Appeal from the Judgment entered on August 18, 1987 in the Court of Common Pleas of Allegheny County, Civil Division, at No. GD87-9553
Ronald J. Rademacher, Pittsburgh, for appellant.
Robert N. Peirce, Jr., Pittsburgh, for appellees.
Cavanaugh, Tamilia and Hoffman, JJ.
[ 382 Pa. Super. Page 624]
This appeal is from the judgment resulting from the trial court's orders denying appellant's petition to correct, modify, or vacate the arbitrators' award, and confirming the arbitration award. Appellant contends that the trial court erred in confirming the award because the arbitration panel committed errors of law in (1) allowing appellees to stack coverages under their insurance policy; and (2) improperly applying the "set off" provision of the policy. For the reasons that follow, we hold that the trial court and arbitrators properly allowed appellees to stack coverages, but that, under the set off provision, the award to appellee Edward J. Geisler should have been reduced to $89,413.62. As modified, the judgment is affirmed.
This action arose out of a claim for benefits under a policy of insurance held by appellees. On July 21, 1983, appellee Edward L. Geisler and his son, appellee Edward J. Geisler, suffered injuries as a result of an automobile accident with a car driven by Daniel Schillinger. Appellees
[ 382 Pa. Super. Page 625]
settled their suit against Schillinger, receiving a total of $35,000 from Schillinger's insurer. This amount was the maximum limit of liability coverage under Schillinger's policy. Appellees then filed a claim for uninsured motorist benefits against their own insurer, appellant, Motorists Mutual Insurance Company. Appellant denied the claim and, pursuant to the terms of the policy, the matter proceeded to arbitration.
The arbitrators heard evidence and, on May 26, 1987 entered a $160,000 award in favor of appellees, with $60,000 payable to appellee Edward L. Geisler and $100,000 payable to appellee Edward J. Geisler. Thereafter, appellees filed a petition to confirm the arbitration award, and appellant filed a petition to correct, modify or vacate the award. On August 5, 1987, the court below denied the petition to correct, modify, or vacate the award, and entered an order confirming the arbitration award. On August 18, 1987, judgment was entered on the trial court order, and this timely appeal followed.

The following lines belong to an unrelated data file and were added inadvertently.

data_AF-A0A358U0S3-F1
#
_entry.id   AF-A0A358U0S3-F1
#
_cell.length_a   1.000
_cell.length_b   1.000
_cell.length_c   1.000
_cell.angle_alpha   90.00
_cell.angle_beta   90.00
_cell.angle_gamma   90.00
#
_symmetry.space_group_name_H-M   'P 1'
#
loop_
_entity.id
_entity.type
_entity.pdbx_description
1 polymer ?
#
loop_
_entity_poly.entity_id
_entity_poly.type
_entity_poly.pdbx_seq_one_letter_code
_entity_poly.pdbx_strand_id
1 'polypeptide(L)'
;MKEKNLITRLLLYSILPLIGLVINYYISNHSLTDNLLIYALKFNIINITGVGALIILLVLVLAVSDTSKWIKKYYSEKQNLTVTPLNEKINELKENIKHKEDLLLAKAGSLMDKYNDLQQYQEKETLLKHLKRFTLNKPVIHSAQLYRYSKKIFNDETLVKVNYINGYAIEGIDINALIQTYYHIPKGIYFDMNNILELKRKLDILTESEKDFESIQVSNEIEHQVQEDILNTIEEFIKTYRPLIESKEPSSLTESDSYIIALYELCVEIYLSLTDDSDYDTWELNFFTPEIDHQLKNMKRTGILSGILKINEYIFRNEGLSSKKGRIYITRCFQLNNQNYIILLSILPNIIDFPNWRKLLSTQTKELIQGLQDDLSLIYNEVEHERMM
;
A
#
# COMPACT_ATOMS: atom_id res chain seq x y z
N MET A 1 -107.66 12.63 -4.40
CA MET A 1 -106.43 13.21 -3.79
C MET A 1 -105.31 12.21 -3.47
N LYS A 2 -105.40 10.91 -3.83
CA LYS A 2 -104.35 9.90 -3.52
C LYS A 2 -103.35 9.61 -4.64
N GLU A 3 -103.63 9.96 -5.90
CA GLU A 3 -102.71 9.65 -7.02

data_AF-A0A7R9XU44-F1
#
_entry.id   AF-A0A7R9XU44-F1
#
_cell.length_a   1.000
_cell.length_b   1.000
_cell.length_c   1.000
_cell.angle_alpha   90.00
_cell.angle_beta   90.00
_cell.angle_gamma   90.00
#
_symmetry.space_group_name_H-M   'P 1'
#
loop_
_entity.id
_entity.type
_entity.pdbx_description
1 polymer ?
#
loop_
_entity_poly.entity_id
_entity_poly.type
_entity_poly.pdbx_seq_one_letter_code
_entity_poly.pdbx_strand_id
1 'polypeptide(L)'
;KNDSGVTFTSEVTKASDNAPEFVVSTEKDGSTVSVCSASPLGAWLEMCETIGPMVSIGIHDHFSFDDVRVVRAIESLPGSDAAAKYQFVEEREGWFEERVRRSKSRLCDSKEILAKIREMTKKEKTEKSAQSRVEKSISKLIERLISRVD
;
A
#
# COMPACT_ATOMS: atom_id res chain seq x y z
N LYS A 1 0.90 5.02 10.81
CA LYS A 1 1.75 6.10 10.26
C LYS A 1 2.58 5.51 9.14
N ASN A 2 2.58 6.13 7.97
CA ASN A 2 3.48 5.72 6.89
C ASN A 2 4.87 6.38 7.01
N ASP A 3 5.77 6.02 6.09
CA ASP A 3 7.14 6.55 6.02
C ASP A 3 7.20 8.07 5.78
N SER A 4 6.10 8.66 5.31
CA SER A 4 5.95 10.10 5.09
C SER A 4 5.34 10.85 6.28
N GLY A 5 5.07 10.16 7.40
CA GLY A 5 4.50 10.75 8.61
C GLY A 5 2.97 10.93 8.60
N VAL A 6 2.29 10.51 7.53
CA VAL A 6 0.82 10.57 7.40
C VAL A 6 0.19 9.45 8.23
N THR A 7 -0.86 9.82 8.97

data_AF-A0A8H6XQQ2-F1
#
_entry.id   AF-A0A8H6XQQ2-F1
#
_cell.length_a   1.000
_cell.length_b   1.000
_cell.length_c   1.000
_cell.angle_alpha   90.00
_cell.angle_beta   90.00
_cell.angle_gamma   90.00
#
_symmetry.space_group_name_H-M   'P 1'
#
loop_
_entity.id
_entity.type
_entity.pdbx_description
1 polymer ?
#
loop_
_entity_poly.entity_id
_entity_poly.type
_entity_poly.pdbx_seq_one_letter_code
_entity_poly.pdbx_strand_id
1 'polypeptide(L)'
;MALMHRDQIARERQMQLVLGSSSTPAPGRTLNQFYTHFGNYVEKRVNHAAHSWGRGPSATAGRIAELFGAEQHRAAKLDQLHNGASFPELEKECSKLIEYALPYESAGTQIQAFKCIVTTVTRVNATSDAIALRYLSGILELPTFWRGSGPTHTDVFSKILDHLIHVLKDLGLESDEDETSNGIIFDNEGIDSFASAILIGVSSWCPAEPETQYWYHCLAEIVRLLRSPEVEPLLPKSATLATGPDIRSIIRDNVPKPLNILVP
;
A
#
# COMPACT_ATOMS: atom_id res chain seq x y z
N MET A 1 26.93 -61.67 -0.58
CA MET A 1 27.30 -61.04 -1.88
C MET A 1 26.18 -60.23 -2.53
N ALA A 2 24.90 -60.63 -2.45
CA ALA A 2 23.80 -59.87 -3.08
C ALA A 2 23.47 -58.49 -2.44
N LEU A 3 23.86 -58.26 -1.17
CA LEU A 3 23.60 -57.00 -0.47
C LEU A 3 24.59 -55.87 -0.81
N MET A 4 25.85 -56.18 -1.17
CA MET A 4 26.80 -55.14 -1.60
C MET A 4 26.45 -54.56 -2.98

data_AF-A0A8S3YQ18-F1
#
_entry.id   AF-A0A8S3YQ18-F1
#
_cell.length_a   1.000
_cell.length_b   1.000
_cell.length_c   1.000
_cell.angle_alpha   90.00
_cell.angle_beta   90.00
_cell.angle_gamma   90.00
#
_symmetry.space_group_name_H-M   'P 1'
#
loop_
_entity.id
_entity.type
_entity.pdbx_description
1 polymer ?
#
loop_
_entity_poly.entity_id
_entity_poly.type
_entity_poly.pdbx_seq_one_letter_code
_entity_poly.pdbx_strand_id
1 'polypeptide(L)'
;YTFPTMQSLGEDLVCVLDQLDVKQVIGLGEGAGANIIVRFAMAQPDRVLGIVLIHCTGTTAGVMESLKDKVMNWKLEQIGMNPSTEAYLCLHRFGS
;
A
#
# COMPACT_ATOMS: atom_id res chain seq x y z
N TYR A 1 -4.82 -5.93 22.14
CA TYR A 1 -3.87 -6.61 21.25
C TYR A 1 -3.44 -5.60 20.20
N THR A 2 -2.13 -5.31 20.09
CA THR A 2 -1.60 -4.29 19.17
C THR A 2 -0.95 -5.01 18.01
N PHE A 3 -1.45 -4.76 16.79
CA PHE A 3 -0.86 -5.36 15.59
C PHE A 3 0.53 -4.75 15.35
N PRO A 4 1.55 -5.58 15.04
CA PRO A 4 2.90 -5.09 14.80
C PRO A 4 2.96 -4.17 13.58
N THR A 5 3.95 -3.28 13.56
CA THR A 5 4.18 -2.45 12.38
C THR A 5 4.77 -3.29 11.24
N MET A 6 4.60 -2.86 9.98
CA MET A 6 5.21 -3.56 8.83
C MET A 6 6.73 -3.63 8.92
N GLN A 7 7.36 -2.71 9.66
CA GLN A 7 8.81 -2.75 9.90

We begin with our standard of review. The insurance policy issued by appellant provided that if either party demanded arbitration to resolve a dispute involving uninsured motorist coverage, the "[a]rbitration shall be conducted in accordance with the provisions of the Pennsylvania Arbitration Act of 1927." See Insurance Agreement Endorsement/Amendment, R.R. at 11a. The Arbitration Act of 1927 was repealed and replaced by the Act of 1980 (codified at 42 Pa.C.S.A. §§ 7301-7362). We note, however, that the Historical Note to the 1980 Act provides that agreements "which expressly provid[e] for arbitration pursuant to the former provisions of the Act of April 25, 1927 . . ., relating to statutory arbitration" shall be governed by the "contrary to law" standard of review contained in 42 Pa. C.S.A. § 7302(d)(2). Act of 1980, Oct. 5, P.L. 693, No. 142 (codified as the Historical Note to 42 Pa. C.S.A.
[ 382 Pa. Super. Page 626]
§ 7302(d)(2)). Thus, under § 7302(d)(2), a reviewing court may,
modify or correct the award where the award is contrary to law and is such that had it been a verdict of a jury the court would have entered a different judgment or judgment notwithstanding the verdict.
Id. See also Selected Risks Ins. Co. v. Thompson, 363 Pa. Super. 34, 37, 525 A.2d 411, 412 (1987), rev'd in part and aff'd in part on other grounds, 520 Pa. 130, 552 A.2d 1382 (1989); Ragin v. Royal Globe Ins. Co., 315 Pa. Super. 179, 184-85, 461 A.2d 856, 858-59 (1983).
We turn now to the merits of appellant's underlying contentions. The principles governing interpretation of a policy of insurance are well-settled. The interpretation of an insurance policy is a question of law that is properly reviewable by the court. Winters v. Erie Ins. Group, 367 Pa. Super. 253, 257, 532 A.2d 885, 887 (1987). See also Utica Mut. Ins. Co. v. Contrisciane, 504 Pa. 328, 334, 473 A.2d 1005, 1008 (1984); Timbrook v. Foremost Ins. Co., 324 Pa. Super. 384, 388, 471 A.2d 891, 893 (1984). In construing the policy, we are mindful that "[p]olicy clauses providing coverage are interpreted in a manner which affords the greatest possible protection to the insured . . . . The insured's reasonable expectations are the focal point in reading the contract language." Winters v. Erie Ins. Group, supra 367 Pa. Super. at 257-58, 532 A.2d at 887 (citations omitted). Our object, as is true in interpreting any contract,
is, of course, to ascertain the intent of the parties as manifested by the language of the written instrument . . . . Where a provision of a policy is ambiguous, the policy provision is to be construed in favor of the insured and against the insurer, the drafter of the agreement . . . . Where, however, the language of ...